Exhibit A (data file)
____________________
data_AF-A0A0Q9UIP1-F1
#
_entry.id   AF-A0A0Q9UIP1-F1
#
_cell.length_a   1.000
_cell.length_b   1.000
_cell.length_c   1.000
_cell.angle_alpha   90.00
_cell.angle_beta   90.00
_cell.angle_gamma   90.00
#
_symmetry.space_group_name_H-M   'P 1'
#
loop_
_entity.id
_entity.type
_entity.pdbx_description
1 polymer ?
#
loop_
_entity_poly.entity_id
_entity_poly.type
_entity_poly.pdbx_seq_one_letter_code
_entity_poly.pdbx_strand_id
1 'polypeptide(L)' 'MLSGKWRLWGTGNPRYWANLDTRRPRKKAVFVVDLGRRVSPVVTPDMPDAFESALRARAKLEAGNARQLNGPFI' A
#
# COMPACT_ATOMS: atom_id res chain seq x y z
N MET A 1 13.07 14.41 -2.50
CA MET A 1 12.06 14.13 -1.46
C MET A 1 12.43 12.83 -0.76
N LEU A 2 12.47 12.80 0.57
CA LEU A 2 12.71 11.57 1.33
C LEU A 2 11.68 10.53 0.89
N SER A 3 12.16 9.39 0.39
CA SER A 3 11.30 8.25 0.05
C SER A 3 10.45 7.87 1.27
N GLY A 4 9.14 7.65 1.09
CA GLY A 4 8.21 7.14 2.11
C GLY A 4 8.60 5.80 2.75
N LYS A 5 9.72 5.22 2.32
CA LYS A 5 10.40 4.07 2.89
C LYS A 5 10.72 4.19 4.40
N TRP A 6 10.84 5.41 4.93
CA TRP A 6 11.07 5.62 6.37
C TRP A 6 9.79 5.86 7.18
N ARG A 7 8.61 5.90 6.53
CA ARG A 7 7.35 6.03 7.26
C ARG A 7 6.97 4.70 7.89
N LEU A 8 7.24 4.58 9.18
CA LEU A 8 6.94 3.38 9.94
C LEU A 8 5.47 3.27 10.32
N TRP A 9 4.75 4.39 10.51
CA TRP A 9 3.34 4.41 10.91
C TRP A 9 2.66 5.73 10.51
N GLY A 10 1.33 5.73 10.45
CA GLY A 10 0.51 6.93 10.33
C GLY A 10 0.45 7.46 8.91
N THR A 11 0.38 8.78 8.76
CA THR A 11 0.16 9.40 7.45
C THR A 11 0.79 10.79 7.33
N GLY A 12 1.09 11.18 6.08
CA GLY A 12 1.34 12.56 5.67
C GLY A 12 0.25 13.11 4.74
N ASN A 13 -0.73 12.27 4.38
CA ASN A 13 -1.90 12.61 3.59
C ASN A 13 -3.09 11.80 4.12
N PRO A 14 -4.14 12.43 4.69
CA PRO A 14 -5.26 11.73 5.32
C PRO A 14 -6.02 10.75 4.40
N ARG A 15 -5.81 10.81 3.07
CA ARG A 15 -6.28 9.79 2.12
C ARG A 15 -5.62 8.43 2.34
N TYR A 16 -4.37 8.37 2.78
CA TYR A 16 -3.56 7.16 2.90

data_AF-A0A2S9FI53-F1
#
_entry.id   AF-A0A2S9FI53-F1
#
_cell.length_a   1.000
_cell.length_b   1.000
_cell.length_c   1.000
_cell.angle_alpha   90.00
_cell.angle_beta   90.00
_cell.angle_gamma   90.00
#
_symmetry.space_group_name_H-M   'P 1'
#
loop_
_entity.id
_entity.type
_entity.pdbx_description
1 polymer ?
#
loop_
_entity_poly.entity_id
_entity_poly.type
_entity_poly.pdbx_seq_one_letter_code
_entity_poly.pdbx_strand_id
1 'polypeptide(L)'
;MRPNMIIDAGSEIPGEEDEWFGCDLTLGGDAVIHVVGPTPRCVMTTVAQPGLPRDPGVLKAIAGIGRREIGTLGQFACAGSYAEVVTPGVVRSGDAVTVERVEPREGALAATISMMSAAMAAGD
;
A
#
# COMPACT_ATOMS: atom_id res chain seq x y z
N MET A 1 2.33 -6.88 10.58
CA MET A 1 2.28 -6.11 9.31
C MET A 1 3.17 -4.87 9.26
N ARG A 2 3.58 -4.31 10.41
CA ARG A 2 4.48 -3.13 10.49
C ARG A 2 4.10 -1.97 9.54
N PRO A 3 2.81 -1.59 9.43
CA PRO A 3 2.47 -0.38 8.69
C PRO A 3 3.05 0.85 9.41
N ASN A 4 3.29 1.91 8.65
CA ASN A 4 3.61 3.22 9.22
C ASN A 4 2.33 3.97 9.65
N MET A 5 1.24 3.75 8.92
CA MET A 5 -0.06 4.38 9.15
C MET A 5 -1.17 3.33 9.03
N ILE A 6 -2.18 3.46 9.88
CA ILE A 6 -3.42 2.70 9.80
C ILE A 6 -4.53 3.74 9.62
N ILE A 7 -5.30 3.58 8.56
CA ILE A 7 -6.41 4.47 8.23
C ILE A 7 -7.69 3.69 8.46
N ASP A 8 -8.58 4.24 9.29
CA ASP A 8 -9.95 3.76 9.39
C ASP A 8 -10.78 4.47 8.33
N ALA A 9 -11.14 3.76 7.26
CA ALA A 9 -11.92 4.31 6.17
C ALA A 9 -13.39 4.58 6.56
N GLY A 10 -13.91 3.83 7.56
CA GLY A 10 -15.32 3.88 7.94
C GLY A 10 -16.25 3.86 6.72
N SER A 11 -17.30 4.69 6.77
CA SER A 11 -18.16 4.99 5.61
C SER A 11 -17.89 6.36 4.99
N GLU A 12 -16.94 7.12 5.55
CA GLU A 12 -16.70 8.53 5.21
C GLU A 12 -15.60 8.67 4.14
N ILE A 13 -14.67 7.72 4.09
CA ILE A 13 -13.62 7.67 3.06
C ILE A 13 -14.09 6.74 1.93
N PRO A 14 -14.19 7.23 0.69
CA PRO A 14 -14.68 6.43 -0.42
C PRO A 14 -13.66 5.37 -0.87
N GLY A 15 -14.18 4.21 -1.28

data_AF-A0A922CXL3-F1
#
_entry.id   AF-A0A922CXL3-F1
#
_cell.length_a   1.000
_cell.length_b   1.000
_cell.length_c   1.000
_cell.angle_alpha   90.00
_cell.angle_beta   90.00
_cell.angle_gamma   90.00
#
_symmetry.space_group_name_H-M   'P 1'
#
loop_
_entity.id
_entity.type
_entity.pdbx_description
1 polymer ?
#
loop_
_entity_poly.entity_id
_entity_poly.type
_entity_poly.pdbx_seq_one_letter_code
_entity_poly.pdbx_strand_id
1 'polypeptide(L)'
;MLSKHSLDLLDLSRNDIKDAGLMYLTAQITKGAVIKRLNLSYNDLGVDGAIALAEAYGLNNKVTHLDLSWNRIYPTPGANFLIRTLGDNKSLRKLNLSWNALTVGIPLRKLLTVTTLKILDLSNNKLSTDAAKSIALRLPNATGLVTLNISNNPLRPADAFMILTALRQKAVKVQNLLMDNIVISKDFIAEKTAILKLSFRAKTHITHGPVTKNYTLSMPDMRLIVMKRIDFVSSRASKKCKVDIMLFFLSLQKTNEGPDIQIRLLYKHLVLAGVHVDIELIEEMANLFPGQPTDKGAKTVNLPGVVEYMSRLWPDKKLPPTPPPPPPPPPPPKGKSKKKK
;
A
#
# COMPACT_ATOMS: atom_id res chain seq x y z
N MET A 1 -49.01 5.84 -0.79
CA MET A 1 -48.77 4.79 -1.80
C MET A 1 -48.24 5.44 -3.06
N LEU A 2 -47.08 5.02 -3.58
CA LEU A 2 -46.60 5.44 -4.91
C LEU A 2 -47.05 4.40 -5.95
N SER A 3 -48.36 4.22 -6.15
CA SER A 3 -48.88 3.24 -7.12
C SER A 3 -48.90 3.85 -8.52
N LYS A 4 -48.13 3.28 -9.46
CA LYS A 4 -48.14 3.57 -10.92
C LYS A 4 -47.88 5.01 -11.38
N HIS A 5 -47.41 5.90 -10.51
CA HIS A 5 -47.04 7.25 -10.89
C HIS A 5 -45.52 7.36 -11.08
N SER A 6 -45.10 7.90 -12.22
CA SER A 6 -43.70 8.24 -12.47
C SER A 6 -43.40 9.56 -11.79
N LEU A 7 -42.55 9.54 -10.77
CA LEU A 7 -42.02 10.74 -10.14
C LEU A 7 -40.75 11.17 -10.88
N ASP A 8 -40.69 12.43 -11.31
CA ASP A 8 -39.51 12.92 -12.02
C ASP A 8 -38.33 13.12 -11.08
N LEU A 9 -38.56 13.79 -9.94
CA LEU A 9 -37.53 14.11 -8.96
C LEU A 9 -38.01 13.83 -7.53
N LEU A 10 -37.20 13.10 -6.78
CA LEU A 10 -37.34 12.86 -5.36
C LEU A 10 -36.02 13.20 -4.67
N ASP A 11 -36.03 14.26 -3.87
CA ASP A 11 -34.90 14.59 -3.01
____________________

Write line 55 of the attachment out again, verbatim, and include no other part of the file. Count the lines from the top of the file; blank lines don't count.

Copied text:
N GLY A 10 1.33 5.73 10.45